Current and future data needs will guide the creation of a statistical standard and classification(s) that provide iwi, Māori, and government with the information they need. This will benefit Māori, iwi, other tangata whenua groupings (for example hapū), and others who use this information.

A discussion and engagement process to collect submissions will open on 18 April 2016 and close on 12 June 2016. This will help guide how we collect information in the next census.

See Statistical standard for iwi: 2016 review for instructions on making a submission.

Once the discussion and engagement period has closed, we will consider all feedback and we expect to finalise a report by 30 September 2016. Using the feedback we will begin drafting the statistical standard in the following phase.


This section contains definitions related to Māori groupings. The sources of the definitions are included. As part of the review we are seeking feedback on these definitions to help us decide what will be included in the statistical standard.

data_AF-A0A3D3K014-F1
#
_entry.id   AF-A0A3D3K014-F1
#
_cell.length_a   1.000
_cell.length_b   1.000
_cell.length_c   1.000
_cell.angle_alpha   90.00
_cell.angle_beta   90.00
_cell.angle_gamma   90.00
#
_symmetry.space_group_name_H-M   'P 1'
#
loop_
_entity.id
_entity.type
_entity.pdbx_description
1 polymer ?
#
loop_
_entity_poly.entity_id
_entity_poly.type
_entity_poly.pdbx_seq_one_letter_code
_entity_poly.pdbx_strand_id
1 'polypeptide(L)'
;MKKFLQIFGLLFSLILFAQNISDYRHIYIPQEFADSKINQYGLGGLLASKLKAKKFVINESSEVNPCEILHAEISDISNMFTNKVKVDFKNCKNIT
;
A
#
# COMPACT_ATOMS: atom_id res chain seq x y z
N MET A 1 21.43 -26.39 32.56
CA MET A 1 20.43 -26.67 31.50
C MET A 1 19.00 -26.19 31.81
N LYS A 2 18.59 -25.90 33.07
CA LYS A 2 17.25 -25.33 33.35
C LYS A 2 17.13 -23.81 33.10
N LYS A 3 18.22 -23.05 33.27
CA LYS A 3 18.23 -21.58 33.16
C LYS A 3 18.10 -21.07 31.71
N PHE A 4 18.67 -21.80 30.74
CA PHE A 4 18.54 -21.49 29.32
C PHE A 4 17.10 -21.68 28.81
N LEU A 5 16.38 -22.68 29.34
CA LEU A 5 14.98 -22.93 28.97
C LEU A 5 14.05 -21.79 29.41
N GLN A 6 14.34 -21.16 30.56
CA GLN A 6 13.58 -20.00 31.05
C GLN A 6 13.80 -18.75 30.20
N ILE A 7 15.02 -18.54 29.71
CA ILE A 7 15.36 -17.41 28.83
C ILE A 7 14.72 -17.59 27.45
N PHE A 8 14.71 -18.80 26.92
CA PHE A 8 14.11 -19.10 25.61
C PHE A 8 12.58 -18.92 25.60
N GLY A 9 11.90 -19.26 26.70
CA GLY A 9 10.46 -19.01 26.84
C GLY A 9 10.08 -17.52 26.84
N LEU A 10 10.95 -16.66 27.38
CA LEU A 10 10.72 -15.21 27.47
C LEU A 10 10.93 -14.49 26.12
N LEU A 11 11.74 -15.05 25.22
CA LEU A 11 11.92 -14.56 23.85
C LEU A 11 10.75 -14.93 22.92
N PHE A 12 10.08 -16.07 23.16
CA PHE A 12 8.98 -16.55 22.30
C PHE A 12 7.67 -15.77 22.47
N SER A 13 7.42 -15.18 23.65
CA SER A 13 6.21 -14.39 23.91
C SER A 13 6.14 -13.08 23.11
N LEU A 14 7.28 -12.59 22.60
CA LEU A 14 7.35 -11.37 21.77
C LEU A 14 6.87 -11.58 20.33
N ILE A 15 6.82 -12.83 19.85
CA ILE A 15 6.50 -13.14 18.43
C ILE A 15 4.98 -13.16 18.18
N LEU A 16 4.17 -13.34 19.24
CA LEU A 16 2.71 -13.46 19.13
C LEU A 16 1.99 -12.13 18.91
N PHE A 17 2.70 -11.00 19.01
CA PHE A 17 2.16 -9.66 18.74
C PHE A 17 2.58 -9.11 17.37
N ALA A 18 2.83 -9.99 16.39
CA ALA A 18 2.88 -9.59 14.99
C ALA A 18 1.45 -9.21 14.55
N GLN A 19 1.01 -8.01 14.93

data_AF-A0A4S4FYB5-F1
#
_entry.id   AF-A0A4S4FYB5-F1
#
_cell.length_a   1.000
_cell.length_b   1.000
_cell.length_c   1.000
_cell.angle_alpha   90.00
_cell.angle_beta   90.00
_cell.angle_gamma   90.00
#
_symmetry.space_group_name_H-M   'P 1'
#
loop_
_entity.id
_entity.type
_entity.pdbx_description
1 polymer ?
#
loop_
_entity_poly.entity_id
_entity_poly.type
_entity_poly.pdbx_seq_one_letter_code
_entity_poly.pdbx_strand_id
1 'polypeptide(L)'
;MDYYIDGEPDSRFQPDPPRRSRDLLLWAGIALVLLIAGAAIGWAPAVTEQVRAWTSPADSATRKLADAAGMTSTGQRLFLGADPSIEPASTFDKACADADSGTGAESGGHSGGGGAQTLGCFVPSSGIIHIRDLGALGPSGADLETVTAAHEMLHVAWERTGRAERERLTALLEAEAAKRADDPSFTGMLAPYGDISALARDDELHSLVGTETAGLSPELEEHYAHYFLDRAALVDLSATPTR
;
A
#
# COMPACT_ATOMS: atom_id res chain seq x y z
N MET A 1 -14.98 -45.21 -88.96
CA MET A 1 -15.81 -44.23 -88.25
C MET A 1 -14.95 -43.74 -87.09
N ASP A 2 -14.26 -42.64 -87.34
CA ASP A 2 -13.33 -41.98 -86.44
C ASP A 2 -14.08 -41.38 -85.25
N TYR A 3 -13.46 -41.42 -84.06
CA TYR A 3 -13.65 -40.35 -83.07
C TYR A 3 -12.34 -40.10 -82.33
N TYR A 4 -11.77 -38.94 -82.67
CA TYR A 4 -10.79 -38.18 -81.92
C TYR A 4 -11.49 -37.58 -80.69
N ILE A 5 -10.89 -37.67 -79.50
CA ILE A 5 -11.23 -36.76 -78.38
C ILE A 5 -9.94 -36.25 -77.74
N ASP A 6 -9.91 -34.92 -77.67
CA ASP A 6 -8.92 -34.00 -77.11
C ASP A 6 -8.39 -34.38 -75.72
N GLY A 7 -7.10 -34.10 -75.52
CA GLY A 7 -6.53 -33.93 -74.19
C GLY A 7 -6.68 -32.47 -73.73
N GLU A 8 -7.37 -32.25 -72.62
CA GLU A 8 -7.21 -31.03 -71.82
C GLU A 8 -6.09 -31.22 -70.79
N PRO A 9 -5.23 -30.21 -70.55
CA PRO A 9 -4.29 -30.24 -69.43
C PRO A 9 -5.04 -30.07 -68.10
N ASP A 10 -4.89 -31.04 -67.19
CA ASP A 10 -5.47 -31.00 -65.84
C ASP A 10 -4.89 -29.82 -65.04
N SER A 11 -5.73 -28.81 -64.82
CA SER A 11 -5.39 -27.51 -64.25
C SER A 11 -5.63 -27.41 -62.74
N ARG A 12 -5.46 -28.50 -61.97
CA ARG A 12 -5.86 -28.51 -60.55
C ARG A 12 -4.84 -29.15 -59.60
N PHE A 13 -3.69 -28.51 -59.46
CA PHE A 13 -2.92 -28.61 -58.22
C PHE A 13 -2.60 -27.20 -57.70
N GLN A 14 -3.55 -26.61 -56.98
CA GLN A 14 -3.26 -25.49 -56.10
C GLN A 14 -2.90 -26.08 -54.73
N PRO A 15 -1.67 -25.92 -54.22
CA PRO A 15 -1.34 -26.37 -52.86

1. Kinship group, clan, tribe, sub-tribe; section of a large kinship group. (Source: Māori dictionary online)
  2. A sub-tribe; most iwi are comprised of two or more hapū, although a number of smaller iwi have marae but no hapū. (Source: Te Kāhui Māngai)
  3. Descent group, clan; modern meaning: section of a tribe, secondary tribe; literally: to have conceived. (Source: Te Ara)


  1. The iwi today is the focal economic and political unit of the traditional Māori descent and kinship based hierarchy of:

    Waka (founding canoe)

    Iwi (tribe)

    Hapū (sub-tribe)

    Whānau (family).

    (Source: Statistical standard for iwi, Statistics NZ)
  2. Extended kinship group, tribe, nation, people, nationality, race – often refers to a large group of people descended from a common ancestor. (Source: Māori dictionary online)
  3. In the context of Te Kāhui Māngai (Directory of Iwi and Māori Organisations), an iwi is a Māori tribe descended from a common named ancestor or ancestors, and is usually comprised of a number of hapū. (Source: Te Kāhui Māngai)